States Take Social Security Benefits Of Foster Care Children To Pay For Services In at least 36 states and the District of Columbia, child welfare agencies use a child's benefit checks to offset the cost of foster care, often leaving them with a tattered safety net as adults.

State Foster Care Agencies Take Millions Of Dollars Owed To Children In Their Care

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If a child goes into foster care, that means their family is most likely in crisis. Maybe the child's been neglected or even abused. These are some of the most vulnerable of children. So imagine if the state then gave that child a bill, told them to pay for their own foster care. An NPR investigation with the news organization The Marshall Project finds that states do just that. NPR investigative correspondent Joseph Shapiro explains.

JOSEPH SHAPIRO, BYLINE: Alex Carter had been in foster care since she was a child. Some years ago, she found out that Social Security was sending her a disability check - more than $700 a month. It's money for people with disabilities like her to pay for basic needs like food, clothing and shelter. But Carter didn't get the money. The state of Alaska took it as a payment for the foster care the state provided. Now, Alex Carter - she was just turning 20 when I met her. That seemed unfair.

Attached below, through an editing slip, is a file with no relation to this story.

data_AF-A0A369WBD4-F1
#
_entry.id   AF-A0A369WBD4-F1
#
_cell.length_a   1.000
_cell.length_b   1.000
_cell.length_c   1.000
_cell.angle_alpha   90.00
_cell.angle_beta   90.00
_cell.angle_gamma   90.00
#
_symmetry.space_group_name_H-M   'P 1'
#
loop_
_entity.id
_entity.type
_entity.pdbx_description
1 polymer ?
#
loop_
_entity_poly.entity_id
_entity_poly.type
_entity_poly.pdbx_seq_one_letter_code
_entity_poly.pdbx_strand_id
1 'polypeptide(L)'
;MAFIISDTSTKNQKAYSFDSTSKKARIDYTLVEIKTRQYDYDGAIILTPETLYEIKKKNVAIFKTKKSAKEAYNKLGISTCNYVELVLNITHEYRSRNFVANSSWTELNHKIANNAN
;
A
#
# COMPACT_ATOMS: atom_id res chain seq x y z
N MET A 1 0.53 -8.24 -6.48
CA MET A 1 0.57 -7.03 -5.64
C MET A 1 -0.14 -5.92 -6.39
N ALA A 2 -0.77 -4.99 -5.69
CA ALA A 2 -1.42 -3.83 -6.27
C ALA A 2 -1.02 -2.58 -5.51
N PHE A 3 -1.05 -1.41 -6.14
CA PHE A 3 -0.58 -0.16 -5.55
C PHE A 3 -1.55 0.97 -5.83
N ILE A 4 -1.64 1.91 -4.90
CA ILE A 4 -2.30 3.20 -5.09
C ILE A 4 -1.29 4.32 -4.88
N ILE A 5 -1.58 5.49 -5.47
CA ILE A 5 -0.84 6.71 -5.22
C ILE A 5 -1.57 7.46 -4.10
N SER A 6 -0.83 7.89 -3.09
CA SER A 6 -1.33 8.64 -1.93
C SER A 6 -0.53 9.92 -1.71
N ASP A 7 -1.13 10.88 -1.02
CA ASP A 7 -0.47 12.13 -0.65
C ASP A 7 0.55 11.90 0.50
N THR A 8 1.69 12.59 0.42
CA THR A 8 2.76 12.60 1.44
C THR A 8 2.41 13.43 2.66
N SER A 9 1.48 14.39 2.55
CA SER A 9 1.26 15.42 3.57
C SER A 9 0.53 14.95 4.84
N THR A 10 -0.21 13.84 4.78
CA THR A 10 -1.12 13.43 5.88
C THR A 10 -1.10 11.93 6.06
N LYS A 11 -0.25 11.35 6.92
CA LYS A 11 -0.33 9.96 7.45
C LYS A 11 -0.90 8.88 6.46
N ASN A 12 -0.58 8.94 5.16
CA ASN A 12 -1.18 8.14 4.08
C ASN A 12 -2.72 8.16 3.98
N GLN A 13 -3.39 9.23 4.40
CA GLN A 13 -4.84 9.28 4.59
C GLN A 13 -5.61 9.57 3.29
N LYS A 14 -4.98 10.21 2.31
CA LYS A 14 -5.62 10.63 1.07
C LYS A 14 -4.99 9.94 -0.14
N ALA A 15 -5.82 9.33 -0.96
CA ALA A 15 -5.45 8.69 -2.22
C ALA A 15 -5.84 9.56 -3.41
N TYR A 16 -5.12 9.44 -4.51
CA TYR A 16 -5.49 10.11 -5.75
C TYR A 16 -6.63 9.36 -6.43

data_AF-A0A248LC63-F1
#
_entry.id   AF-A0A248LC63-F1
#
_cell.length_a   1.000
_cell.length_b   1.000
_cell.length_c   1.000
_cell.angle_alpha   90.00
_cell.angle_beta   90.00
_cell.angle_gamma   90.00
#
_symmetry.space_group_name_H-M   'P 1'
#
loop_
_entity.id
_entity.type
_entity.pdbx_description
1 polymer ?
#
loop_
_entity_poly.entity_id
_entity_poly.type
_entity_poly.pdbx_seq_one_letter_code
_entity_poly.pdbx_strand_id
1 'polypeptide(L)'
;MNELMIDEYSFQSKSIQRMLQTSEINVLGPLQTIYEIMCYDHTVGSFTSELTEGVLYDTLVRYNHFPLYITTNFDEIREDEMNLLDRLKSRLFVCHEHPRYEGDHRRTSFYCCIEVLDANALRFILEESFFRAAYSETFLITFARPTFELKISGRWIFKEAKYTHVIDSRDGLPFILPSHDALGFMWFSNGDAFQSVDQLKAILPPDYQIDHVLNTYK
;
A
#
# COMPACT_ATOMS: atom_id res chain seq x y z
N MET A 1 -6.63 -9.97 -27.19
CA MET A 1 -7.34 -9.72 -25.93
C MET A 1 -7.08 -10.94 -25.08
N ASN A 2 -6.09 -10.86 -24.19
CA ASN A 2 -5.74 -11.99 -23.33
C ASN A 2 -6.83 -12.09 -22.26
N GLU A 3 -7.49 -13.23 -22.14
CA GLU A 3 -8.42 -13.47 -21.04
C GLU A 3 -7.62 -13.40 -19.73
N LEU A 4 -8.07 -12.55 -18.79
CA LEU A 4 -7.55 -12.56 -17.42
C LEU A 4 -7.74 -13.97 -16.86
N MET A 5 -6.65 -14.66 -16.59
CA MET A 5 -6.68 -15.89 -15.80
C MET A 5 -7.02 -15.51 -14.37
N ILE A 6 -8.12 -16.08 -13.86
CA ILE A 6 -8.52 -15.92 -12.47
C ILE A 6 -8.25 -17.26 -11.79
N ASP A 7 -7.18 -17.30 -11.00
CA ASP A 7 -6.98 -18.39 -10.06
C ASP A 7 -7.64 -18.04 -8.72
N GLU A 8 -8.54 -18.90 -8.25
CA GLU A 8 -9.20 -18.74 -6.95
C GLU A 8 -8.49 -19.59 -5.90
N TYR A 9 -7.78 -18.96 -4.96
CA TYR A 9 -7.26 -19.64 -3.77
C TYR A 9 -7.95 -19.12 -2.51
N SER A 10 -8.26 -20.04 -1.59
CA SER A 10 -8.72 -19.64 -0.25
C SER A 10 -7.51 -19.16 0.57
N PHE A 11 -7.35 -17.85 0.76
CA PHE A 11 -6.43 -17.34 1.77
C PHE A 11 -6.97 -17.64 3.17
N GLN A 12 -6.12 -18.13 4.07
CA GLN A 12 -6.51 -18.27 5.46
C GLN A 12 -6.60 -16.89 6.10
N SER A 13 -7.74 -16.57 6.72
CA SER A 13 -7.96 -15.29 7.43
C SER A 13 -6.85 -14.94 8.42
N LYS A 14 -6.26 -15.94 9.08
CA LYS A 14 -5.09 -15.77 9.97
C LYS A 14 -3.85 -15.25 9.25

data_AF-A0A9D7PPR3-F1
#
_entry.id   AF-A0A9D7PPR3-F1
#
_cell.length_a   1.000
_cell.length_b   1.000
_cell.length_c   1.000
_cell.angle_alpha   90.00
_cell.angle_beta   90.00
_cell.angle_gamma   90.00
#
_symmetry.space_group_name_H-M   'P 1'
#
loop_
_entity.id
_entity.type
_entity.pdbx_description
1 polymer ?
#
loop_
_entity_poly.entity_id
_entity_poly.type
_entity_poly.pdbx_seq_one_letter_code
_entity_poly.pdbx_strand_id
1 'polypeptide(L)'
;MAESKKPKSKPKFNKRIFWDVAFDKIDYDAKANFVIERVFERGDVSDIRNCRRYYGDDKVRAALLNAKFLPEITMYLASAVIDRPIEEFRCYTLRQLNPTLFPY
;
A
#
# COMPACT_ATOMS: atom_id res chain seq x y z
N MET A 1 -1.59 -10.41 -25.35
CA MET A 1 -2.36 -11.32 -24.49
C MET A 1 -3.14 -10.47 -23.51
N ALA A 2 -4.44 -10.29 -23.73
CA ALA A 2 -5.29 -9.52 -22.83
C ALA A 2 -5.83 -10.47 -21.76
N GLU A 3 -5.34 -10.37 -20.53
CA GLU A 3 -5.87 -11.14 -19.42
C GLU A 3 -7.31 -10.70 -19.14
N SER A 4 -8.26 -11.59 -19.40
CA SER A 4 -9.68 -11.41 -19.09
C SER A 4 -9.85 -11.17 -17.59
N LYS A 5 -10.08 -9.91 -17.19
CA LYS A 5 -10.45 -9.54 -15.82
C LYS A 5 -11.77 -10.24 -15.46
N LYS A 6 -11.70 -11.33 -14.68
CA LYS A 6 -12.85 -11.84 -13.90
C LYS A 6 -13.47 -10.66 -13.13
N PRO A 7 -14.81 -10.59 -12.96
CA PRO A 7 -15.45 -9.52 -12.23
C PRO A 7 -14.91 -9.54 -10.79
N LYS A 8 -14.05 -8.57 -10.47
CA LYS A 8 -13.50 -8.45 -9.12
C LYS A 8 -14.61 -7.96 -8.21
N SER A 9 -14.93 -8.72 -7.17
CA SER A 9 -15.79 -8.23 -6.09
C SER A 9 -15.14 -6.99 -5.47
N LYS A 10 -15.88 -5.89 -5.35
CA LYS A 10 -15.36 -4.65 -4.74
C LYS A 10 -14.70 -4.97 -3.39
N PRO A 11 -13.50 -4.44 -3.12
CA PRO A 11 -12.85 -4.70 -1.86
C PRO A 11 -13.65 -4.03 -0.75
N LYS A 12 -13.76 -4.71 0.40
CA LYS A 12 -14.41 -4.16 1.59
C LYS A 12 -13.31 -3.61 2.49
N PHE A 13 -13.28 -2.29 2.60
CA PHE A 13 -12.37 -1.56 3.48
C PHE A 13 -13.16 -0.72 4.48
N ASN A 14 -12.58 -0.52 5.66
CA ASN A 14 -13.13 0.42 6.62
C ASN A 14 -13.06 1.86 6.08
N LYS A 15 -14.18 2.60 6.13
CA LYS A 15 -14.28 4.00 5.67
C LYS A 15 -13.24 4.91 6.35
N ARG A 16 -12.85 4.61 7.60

ALEX CARTER: Go ahead and let me just pay for being taken away from my parents.

SHAPIRO: In effect, she, a child, was being charged for her own foster care, for something that states are required to pay for by federal and state law.

CARTER: How are you going to charge a 12-year-old child support, basically?

SHAPIRO: Which is kind of what they did.

CARTER: Yeah, and they did it for so many years without telling me.

SHAPIRO: NPR and The Marshall Project investigated a little-known practice of the child welfare system. States routinely claim the benefit checks that go to children and youth in foster care. Then when foster care ends, the youth is told to leave with little or no money. You might think of Social Security as something for retirees. It also sends checks to kids with significant disabilities, if their parents have disabilities or when a parent has died. We found documents that estimate around 10%, maybe even 20% of foster children are eligible for Social Security. Officials in Alaska and other states told us the benefit checks are used responsibly to cover daily living costs for the children. Lindsey Schilling runs child welfare programs in Wyoming.

LINDSEY SCHILLING: You know, the court puts us in a position to be the temporary parents or the temporary guardian. So we use that money in the same way that a biological parent or guardian would be using it.

SHAPIRO: Still, those children who get Social Security checks are the only ones told to, in effect, pay for their own foster care. Social Security doesn't report the numbers, but in most and maybe every state, child welfare agencies take those checks - at least $165 million in 2018. That's from unpublished data collected by the research group Child Trends, and that's just from what was reported by 36 states and the District of Columbia.